How to Make Paper Beads Look Like Glass
To make your beads look like glass using a UV resin, you’ll need the following materials:
- DecorRom UV Resin (premixed and ready to use)
- UV torch or light
- Small paintbrush
Follow these steps to make your paper beads look like glass using UV resin:
- Insert your bead into the skewer and hold the handle with the non-dominant hand.
- On the other hand, squeeze a dollop of UV resin onto the paper bead and spread it around using the paintbrush.
- Once fully covered, put the brush aside and pick your UV torch. Turn it on and focus the beam of light on the paper bead.
- Turn the skewer around so every part of the paper bead gets the light. Do this for about 2 minutes and put aside to dry.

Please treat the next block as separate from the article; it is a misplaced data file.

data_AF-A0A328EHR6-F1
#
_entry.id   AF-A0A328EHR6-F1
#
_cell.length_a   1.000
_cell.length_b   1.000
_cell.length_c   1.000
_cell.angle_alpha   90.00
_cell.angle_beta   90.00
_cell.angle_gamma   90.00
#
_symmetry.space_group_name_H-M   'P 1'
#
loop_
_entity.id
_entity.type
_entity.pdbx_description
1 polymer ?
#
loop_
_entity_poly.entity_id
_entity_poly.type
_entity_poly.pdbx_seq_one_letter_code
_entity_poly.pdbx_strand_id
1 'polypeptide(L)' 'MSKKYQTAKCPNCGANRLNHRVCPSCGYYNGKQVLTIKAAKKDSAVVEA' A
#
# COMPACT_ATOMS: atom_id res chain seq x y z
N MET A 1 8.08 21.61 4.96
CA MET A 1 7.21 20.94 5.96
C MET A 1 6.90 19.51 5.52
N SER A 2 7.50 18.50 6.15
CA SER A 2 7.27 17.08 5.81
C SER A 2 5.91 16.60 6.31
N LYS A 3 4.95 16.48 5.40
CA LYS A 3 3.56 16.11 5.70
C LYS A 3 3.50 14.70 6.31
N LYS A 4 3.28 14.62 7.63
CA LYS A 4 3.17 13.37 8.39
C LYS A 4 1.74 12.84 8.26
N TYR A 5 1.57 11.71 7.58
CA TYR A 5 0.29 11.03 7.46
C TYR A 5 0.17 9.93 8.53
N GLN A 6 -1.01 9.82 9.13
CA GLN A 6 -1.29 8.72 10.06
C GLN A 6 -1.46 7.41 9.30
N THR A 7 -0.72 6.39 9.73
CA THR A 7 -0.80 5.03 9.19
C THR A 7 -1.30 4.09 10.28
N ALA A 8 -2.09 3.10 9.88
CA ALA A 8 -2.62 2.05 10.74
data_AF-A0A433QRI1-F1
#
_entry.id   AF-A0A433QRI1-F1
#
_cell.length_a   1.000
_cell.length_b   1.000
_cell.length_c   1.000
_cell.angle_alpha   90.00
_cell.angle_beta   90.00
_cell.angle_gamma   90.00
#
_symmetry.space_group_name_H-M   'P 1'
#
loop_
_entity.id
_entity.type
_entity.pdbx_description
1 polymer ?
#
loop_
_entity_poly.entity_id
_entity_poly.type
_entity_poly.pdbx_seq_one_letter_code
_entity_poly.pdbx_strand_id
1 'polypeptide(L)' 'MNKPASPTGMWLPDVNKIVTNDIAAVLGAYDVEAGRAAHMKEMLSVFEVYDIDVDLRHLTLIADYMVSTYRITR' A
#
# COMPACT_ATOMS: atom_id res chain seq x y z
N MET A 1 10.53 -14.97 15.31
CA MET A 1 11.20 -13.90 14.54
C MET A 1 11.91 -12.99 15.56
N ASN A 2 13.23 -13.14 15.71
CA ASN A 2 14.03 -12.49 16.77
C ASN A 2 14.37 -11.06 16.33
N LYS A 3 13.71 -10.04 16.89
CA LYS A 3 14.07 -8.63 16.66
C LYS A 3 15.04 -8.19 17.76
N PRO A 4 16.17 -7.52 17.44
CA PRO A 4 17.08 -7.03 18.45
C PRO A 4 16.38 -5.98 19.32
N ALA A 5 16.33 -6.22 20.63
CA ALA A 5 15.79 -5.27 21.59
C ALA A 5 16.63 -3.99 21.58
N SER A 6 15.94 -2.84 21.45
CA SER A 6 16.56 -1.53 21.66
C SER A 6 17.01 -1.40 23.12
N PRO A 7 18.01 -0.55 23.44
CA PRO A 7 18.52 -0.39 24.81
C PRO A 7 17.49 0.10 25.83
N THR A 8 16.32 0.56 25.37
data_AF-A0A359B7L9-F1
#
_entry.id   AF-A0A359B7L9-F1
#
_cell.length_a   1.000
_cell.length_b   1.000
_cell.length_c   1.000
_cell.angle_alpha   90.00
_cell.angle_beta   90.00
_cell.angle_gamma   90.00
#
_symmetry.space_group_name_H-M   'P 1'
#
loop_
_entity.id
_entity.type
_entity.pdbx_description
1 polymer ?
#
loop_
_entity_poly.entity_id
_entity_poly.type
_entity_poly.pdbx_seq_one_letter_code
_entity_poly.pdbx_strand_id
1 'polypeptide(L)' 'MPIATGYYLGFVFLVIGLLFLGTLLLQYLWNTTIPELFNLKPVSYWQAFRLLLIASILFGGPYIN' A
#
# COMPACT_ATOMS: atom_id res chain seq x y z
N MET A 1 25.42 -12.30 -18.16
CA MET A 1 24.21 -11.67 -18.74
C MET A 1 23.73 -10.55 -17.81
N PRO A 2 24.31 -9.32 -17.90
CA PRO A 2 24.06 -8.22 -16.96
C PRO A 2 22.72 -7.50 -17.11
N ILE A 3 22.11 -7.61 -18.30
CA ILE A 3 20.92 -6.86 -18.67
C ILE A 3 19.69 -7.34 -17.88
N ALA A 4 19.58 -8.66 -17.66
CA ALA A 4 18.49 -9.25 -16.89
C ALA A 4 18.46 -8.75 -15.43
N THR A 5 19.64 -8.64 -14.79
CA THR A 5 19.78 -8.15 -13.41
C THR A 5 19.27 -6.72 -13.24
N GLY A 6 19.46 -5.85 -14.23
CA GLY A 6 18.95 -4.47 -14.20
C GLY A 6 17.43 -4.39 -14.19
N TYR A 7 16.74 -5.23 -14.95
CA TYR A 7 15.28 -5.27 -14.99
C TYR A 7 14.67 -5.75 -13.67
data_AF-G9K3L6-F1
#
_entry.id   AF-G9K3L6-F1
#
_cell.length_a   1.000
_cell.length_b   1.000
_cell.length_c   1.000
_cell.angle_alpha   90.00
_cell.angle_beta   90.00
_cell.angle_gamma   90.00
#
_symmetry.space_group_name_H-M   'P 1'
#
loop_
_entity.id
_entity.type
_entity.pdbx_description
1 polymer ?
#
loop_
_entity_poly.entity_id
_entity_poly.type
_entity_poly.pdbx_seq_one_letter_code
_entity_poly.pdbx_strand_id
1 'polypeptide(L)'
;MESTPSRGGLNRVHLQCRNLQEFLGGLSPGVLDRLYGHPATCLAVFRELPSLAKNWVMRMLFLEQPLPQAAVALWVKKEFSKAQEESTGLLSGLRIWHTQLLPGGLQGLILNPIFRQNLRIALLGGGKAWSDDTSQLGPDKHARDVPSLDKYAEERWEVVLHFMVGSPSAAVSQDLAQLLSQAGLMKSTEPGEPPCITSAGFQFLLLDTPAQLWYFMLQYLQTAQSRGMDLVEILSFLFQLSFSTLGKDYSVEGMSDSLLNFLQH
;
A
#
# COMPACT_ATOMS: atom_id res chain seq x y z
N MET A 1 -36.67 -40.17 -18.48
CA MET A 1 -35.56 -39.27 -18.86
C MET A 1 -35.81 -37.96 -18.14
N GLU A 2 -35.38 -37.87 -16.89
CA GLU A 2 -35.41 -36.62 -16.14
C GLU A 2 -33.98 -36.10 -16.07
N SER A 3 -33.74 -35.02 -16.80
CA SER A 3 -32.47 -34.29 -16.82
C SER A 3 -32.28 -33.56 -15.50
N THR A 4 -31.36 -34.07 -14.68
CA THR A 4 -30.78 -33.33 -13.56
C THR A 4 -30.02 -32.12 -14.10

- Repeat the procedure with the remaining beads and enjoy rocking the marvelous glassy paper beads.
Note: UV resin soaks into paper except for the gloss surfaced type. Therefore, you may want to seal your paper beads with a base coat using Diamond Glaze or Mod Podge first.
If doing massive rolls of paper beads, shining light on individual pieces is almost impractical and will wear you out quickly. The good news is, this product cures with direct sunlight as well, so that’s another option.
Making your paper beads waterproof does not warrant showering or splashing at the pool while donning jewelry created out of them. It just means an accidental dunk in water while cleaning or getting rained on should not be a big deal. They’ll hold up beautifully.